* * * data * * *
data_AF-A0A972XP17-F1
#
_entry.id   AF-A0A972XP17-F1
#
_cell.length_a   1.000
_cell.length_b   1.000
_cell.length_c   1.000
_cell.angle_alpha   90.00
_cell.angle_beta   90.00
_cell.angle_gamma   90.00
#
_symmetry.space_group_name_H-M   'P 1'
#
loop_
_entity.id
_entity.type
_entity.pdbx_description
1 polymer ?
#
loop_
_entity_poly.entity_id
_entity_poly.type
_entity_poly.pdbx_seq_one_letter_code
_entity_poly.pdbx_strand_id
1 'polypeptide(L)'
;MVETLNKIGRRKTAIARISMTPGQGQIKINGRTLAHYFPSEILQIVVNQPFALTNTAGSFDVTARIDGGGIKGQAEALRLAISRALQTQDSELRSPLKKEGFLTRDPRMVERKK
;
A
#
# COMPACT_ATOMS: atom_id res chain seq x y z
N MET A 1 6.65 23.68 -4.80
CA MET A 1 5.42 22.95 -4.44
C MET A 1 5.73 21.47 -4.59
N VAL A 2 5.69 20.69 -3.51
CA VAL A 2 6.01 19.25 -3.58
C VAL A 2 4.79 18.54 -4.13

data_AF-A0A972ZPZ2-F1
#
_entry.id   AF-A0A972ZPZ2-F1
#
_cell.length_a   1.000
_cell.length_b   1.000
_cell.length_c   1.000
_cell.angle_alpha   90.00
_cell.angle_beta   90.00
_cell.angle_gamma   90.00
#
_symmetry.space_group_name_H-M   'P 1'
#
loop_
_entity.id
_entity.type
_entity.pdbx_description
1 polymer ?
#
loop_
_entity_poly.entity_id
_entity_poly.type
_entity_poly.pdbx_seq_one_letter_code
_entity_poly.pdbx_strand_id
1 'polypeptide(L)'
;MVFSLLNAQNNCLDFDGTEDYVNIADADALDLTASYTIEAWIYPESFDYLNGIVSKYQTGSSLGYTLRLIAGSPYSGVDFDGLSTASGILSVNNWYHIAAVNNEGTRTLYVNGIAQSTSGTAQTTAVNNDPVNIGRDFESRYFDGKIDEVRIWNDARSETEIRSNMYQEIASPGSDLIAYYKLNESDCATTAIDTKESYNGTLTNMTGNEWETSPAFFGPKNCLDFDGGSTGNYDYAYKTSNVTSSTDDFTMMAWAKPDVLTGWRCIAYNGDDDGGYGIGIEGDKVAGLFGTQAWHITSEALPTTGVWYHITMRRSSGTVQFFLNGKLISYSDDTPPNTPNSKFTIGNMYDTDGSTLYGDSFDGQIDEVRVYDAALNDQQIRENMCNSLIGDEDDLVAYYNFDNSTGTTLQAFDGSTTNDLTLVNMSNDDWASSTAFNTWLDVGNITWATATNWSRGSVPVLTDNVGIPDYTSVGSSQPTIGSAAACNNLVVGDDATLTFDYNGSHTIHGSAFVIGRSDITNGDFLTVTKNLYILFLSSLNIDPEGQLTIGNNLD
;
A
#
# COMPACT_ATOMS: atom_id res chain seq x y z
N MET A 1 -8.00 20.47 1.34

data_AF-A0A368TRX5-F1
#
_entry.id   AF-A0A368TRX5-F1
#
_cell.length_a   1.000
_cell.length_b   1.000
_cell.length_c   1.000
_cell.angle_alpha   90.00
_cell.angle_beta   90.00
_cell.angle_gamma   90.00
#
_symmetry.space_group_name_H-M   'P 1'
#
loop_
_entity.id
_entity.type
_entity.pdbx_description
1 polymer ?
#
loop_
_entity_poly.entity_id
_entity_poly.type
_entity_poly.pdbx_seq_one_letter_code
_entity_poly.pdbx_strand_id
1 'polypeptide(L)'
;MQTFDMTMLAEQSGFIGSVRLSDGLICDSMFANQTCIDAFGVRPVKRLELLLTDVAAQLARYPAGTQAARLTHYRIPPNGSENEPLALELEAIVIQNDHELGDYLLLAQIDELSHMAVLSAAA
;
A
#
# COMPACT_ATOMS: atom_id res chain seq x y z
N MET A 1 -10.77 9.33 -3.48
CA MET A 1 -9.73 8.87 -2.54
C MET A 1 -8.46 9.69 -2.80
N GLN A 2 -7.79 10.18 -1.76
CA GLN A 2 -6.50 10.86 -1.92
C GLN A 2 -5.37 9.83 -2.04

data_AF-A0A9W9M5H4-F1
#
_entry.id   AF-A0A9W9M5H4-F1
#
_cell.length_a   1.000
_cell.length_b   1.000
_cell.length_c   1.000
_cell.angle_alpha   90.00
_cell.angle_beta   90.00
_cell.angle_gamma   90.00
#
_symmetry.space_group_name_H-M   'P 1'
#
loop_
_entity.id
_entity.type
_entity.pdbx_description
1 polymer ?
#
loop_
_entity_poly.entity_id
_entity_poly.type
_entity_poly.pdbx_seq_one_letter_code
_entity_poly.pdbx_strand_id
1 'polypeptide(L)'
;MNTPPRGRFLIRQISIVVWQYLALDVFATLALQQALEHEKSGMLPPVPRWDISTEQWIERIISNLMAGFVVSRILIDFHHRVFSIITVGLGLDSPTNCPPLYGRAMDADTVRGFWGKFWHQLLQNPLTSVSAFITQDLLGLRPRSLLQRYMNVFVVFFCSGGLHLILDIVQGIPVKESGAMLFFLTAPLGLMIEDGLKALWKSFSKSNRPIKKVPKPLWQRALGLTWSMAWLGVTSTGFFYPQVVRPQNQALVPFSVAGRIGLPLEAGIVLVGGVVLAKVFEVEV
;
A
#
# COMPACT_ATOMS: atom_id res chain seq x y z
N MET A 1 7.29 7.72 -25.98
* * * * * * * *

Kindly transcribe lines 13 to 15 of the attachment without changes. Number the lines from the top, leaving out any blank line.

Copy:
#
loop_
_entity.id